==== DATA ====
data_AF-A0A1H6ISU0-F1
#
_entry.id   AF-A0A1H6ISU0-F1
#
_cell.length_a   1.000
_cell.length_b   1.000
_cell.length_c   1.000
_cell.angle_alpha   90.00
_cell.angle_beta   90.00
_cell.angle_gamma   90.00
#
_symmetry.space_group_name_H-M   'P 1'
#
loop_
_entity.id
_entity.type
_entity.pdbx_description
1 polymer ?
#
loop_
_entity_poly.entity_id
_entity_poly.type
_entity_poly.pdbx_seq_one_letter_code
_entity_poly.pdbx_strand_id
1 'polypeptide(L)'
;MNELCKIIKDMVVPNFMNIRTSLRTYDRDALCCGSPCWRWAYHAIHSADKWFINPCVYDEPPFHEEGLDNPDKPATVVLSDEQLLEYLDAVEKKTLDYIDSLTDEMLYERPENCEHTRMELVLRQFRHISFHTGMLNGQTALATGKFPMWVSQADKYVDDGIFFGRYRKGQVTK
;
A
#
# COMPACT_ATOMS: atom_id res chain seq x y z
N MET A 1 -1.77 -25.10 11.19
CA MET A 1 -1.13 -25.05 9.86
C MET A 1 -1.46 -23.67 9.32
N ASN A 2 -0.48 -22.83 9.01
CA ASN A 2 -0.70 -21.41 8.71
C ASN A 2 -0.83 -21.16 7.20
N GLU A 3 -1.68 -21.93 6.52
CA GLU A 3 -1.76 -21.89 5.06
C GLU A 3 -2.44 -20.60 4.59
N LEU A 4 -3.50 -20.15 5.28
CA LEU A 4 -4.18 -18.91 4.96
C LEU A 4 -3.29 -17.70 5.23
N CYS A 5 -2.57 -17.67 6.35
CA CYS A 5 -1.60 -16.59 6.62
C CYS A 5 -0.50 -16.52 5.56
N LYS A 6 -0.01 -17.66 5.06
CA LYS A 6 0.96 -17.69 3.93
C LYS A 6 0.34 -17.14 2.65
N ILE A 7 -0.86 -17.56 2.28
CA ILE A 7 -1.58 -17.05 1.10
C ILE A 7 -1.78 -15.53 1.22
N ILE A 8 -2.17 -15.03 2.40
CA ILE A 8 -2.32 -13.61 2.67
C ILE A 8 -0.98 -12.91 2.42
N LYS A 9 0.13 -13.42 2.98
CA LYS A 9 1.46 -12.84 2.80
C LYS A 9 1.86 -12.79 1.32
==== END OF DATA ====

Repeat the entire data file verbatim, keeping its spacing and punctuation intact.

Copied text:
data_AF-A0A1H6ISU0-F1
#
_entry.id   AF-A0A1H6ISU0-F1
#
_cell.length_a   1.000
_cell.length_b   1.000
_cell.length_c   1.000
_cell.angle_alpha   90.00
_cell.angle_beta   90.00
_cell.angle_gamma   90.00
#
_symmetry.space_group_name_H-M   'P 1'
#
loop_
_entity.id
_entity.type
_entity.pdbx_description
1 polymer ?
#
loop_
_entity_poly.entity_id
_entity_poly.type
_entity_poly.pdbx_seq_one_letter_code
_entity_poly.pdbx_strand_id
1 'polypeptide(L)'
;MNELCKIIKDMVVPNFMNIRTSLRTYDRDALCCGSPCWRWAYHAIHSADKWFINPCVYDEPPFHEEGLDNPDKPATVVLSDEQLLEYLDAVEKKTLDYIDSLTDEMLYERPENCEHTRMELVLRQFRHISFHTGMLNGQTALATGKFPMWVSQADKYVDDGIFFGRYRKGQVTK
;
A
#
# COMPACT_ATOMS: atom_id res chain seq x y z
N MET A 1 -1.77 -25.10 11.19
CA MET A 1 -1.13 -25.05 9.86
C MET A 1 -1.46 -23.67 9.32
N ASN A 2 -0.48 -22.83 9.01
CA ASN A 2 -0.70 -21.41 8.71
C ASN A 2 -0.83 -21.16 7.20
N GLU A 3 -1.68 -21.93 6.52
CA GLU A 3 -1.76 -21.89 5.06
C GLU A 3 -2.44 -20.60 4.59
N LEU A 4 -3.50 -20.15 5.28
CA LEU A 4 -4.18 -18.91 4.96
C LEU A 4 -3.29 -17.70 5.23
N CYS A 5 -2.57 -17.67 6.35
CA CYS A 5 -1.60 -16.59 6.62
C CYS A 5 -0.50 -16.52 5.56
N LYS A 6 -0.01 -17.66 5.06
CA LYS A 6 0.96 -17.69 3.93
C LYS A 6 0.34 -17.14 2.65
N ILE A 7 -0.86 -17.56 2.28
CA ILE A 7 -1.58 -17.05 1.10
C ILE A 7 -1.78 -15.53 1.22
N ILE A 8 -2.17 -15.03 2.40
CA ILE A 8 -2.32 -13.61 2.67
C ILE A 8 -0.98 -12.91 2.42
N LYS A 9 0.13 -13.42 2.98
CA LYS A 9 1.46 -12.84 2.80
C LYS A 9 1.86 -12.79 1.32